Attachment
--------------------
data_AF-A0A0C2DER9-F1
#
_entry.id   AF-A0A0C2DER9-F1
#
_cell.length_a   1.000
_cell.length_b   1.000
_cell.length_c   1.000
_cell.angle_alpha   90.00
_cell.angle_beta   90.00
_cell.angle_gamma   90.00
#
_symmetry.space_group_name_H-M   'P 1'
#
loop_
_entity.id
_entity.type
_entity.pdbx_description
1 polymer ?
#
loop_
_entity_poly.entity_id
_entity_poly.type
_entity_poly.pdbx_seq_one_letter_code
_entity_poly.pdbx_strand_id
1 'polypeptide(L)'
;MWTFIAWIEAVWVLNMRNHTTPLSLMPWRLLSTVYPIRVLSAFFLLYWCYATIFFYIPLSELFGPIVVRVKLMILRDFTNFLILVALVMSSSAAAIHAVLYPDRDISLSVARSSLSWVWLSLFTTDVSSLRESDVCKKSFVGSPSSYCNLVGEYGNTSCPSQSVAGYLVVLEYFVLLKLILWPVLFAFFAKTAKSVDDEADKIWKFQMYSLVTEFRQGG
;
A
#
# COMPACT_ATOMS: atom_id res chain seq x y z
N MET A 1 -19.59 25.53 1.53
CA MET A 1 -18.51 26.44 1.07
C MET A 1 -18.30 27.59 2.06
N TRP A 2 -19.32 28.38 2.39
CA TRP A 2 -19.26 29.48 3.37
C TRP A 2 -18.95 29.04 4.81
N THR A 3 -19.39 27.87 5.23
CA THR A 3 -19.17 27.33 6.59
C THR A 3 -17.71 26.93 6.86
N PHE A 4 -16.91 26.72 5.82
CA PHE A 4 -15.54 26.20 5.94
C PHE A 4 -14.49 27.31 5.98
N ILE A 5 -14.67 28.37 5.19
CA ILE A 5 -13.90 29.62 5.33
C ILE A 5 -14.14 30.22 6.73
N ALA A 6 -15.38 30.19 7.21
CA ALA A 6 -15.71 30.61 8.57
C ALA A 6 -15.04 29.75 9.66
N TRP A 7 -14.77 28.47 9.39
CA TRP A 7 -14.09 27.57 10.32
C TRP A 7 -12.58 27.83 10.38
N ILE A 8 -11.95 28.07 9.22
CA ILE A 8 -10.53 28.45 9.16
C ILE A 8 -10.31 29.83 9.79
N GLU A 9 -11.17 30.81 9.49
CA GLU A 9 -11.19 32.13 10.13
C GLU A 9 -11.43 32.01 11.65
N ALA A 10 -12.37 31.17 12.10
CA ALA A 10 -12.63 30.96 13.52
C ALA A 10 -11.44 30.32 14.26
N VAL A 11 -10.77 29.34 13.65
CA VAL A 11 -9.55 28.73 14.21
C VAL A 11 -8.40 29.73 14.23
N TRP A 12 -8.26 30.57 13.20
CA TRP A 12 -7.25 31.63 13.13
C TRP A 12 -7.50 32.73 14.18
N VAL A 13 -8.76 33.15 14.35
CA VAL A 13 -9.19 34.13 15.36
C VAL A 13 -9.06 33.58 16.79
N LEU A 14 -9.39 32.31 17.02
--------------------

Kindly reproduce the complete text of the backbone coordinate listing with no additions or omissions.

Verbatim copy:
data_AF-A0A0C2DER9-F1
#
_entry.id   AF-A0A0C2DER9-F1
#
_cell.length_a   1.000
_cell.length_b   1.000
_cell.length_c   1.000
_cell.angle_alpha   90.00
_cell.angle_beta   90.00
_cell.angle_gamma   90.00
#
_symmetry.space_group_name_H-M   'P 1'
#
loop_
_entity.id
_entity.type
_entity.pdbx_description
1 polymer ?
#
loop_
_entity_poly.entity_id
_entity_poly.type
_entity_poly.pdbx_seq_one_letter_code
_entity_poly.pdbx_strand_id
1 'polypeptide(L)'
;MWTFIAWIEAVWVLNMRNHTTPLSLMPWRLLSTVYPIRVLSAFFLLYWCYATIFFYIPLSELFGPIVVRVKLMILRDFTNFLILVALVMSSSAAAIHAVLYPDRDISLSVARSSLSWVWLSLFTTDVSSLRESDVCKKSFVGSPSSYCNLVGEYGNTSCPSQSVAGYLVVLEYFVLLKLILWPVLFAFFAKTAKSVDDEADKIWKFQMYSLVTEFRQGG
;
A
#
# COMPACT_ATOMS: atom_id res chain seq x y z
N MET A 1 -19.59 25.53 1.53
CA MET A 1 -18.51 26.44 1.07
C MET A 1 -18.30 27.59 2.06
N TRP A 2 -19.32 28.38 2.39
CA TRP A 2 -19.26 29.48 3.37
C TRP A 2 -18.95 29.04 4.81
N THR A 3 -19.39 27.87 5.23
CA THR A 3 -19.17 27.33 6.59
C THR A 3 -17.71 26.93 6.86
N PHE A 4 -16.91 26.72 5.82
CA PHE A 4 -15.54 26.20 5.94
C PHE A 4 -14.49 27.31 5.98
N ILE A 5 -14.67 28.37 5.19
CA ILE A 5 -13.90 29.62 5.33
C ILE A 5 -14.14 30.22 6.73
N ALA A 6 -15.38 30.19 7.21
CA ALA A 6 -15.71 30.61 8.57
C ALA A 6 -15.04 29.75 9.66
N TRP A 7 -14.77 28.47 9.39
CA TRP A 7 -14.09 27.57 10.32
C TRP A 7 -12.58 27.83 10.38
N ILE A 8 -11.95 28.07 9.22
CA ILE A 8 -10.53 28.45 9.16
C ILE A 8 -10.31 29.83 9.79
N GLU A 9 -11.17 30.81 9.49
CA GLU A 9 -11.19 32.13 10.13
C GLU A 9 -11.43 32.01 11.65
N ALA A 10 -12.37 31.17 12.10
CA ALA A 10 -12.63 30.96 13.52
C ALA A 10 -11.44 30.32 14.26
N VAL A 11 -10.77 29.34 13.65
CA VAL A 11 -9.55 28.73 14.21
C VAL A 11 -8.40 29.73 14.23
N TRP A 12 -8.26 30.57 13.20
CA TRP A 12 -7.25 31.63 13.13
C TRP A 12 -7.50 32.73 14.18
N VAL A 13 -8.76 33.15 14.35
CA VAL A 13 -9.19 34.13 15.36
C VAL A 13 -9.06 33.58 16.79
N LEU A 14 -9.39 32.31 17.02